The impact of factors other than the RUNX1-RUNX1T1 transcript levels after HSCT on relapse

As shown in Table  3, mutated c-KIT gene, HLA-matched sibling donor and <3-log reduction of RUNX1-RUNX1T1 transcript levels pre-HSCT were significantly related to a higher 3-year CIR rate (all P < 0.05), and second CR status pre-HSCT tended to be significantly related to a higher 3-year CIR rate ( P = 0.071).
Table 3
The impact of factors other than the RUNX1-RUNX1T1 transcript levels after HSCT on relapse
Factors
3-year CIR rate (95% CI)
P value
 WBC count at diagnosis
   ≤ 10 × 10 9/L
24.6% (9.1–44.0%)
0.31
   > 10 × 10 9/L
17.1% (5.1–35.0%)
 c-KIT gene
  Mutation
38.4% (20.0–56.6%)
0.003
  Wild type
15.4% (2.4–38.9%)
 Karyotype
  Sole t(8;21)
20.6% (4.3–45.4%)
0.56
  Additional abnormalities
21.6% (7.6–40.3%)
 Course acquired to achieve CR
  1
19.0% (6.1–372%)
0.20
   > 1
24.2% (7.9–45.3%)
 Time interval from diagnosis to transplant
   < 8 months
23.5% (9.4–41.2%)
0.87
   ≥ 8 months
16.4% (4.3–35.5%)
 Disease status pre-HSCT
  1st CR
18.8% (7.7–33.6%)
0.071
  2nd CR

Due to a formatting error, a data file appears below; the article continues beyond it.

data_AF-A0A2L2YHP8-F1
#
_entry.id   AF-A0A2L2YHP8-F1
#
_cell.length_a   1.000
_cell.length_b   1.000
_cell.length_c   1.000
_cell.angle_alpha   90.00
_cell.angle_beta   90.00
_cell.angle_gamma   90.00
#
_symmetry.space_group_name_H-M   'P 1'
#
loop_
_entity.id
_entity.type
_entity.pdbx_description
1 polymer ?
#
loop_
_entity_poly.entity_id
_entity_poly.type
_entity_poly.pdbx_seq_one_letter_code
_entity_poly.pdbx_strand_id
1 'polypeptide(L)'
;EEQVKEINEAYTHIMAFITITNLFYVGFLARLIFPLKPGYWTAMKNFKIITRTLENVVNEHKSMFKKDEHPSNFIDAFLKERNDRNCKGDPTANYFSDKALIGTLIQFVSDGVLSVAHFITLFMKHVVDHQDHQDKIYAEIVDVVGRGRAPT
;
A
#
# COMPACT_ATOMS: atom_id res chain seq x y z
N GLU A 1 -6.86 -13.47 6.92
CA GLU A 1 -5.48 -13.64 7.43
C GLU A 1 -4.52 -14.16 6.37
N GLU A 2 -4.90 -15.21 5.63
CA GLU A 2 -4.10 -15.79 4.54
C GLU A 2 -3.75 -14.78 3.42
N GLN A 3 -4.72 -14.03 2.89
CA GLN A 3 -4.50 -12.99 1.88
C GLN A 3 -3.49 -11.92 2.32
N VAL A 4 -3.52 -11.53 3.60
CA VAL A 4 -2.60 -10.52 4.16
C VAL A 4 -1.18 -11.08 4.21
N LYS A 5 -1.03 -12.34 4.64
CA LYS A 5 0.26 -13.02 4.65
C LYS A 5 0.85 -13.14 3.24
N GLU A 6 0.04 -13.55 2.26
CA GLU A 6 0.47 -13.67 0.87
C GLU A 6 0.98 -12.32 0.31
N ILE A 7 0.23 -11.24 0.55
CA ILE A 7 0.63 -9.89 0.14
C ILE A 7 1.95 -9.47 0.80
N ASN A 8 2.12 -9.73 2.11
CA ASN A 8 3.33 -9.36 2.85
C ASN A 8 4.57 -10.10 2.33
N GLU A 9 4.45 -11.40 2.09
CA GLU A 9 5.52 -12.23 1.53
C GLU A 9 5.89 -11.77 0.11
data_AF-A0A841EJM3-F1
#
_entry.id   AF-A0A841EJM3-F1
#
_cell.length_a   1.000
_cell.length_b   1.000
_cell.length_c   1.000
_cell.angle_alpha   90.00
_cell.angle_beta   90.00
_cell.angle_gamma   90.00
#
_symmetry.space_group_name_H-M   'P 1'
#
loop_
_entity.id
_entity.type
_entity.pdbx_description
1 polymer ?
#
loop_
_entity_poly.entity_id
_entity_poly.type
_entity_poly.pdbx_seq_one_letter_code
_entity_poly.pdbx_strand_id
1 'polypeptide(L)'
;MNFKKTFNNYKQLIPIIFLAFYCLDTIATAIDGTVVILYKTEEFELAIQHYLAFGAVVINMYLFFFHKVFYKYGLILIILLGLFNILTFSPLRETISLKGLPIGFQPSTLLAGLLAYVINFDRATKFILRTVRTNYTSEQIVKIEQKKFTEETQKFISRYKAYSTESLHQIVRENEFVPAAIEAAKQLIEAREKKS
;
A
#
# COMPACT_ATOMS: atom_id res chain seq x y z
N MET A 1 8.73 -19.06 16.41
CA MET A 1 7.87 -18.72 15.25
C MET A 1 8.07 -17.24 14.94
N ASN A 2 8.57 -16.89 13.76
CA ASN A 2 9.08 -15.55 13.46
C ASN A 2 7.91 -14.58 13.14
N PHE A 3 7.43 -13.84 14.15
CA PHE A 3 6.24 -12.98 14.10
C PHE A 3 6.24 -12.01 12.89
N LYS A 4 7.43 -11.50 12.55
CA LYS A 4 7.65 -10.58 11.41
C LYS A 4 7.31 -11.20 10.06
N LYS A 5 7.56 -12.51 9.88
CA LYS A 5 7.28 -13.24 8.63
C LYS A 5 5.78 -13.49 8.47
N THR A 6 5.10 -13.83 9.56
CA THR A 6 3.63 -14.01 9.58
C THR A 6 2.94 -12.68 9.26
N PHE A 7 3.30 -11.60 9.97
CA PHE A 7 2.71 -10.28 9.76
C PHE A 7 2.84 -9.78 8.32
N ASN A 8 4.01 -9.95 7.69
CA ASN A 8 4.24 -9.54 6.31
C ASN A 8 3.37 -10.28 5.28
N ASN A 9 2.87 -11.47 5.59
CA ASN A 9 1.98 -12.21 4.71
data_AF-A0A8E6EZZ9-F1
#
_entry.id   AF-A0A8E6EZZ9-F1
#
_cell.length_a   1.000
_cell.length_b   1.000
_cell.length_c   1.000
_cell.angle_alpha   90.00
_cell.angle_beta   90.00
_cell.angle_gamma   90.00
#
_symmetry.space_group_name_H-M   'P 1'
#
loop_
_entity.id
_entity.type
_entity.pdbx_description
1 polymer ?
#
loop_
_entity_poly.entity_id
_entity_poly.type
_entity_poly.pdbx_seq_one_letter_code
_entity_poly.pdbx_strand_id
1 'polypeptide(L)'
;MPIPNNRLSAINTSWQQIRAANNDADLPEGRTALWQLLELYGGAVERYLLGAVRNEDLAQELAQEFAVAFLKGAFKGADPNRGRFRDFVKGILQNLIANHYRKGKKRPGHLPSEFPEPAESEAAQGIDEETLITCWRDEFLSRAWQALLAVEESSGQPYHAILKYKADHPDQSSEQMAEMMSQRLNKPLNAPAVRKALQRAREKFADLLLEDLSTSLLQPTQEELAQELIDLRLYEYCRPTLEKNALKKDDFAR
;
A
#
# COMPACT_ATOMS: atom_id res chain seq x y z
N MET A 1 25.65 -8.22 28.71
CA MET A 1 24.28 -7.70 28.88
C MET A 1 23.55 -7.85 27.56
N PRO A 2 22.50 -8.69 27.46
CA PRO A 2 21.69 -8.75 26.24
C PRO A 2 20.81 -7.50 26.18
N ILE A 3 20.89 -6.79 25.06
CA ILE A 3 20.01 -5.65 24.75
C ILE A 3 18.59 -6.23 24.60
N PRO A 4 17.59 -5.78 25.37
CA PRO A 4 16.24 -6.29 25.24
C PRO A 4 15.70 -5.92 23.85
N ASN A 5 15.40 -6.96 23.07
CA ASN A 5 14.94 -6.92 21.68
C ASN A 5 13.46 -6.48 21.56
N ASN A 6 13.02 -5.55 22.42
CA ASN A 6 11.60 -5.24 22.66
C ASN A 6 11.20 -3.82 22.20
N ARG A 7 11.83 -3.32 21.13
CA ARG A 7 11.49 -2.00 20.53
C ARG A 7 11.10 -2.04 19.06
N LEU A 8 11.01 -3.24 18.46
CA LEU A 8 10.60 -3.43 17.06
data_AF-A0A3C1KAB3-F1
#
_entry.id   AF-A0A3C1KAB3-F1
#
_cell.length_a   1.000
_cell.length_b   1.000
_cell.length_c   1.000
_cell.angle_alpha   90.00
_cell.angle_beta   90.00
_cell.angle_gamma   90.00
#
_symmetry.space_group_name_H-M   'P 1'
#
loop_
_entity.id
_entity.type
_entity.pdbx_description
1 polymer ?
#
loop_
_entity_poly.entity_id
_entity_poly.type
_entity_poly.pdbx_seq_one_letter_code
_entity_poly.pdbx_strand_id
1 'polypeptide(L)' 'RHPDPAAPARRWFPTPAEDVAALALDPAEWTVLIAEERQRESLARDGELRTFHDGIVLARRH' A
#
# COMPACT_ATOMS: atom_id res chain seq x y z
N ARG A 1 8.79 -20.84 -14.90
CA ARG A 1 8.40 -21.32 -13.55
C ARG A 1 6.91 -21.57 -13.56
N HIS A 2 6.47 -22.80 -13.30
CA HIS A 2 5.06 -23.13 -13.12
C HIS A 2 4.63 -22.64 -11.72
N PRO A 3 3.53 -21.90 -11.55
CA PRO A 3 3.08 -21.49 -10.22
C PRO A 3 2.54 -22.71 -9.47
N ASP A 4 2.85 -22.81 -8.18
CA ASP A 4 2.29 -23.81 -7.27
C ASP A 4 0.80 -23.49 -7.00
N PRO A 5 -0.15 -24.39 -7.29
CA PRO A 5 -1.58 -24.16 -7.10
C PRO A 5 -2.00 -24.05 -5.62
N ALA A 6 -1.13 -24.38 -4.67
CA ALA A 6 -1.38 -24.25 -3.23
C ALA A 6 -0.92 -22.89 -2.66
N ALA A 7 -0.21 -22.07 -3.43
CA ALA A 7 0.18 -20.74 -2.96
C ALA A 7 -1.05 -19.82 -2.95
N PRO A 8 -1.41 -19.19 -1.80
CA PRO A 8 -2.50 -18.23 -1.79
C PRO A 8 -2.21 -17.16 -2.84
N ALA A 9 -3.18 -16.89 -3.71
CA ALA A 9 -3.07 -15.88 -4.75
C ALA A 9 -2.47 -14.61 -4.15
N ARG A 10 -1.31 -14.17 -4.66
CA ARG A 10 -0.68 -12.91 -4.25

33.3% (9.0–60.4%)
 Donor resource
  HLA-matched sibling
31.4% (13.5–51.2%)
0.039
  Alternative donor
14.6% (4.2–31.0%)
 RUNX1-RUNX1T1 transcript levels pre-HSCT
   ≥ 3-log reduction
11.1% (0.9–36.4%)
<0.0001
   < 3-log reduction
27.9% (14.6–42.9%)
 Acute GVHD
  With
21.6% (7.5–40.5%)
0.52
  Without
18.9% (6.0–37.3%)
Statistically significant factors are italicized
The impact of acute GVHD on the evolution of the RUNX1-RUNX1T1 transcript levels is shown in the Additional file 1.

Discussion

MRD-directed therapy is a new treatment strategy for patients with AML who receive chemotherapy as well as transplantation. Determination of the cutoff MRD value and the monitoring schedule is the present challenge. In the current study, we demonstrated that the dynamics of RUNX1-RUNX1T1 transcript levels accurately predicted relapse after allo-HSCT in patients with t(8;21) AML. Furthermore, MRD monitoring results directed the preemptive use of DLI, which effectively decreased the occurrence of a hematological relapse.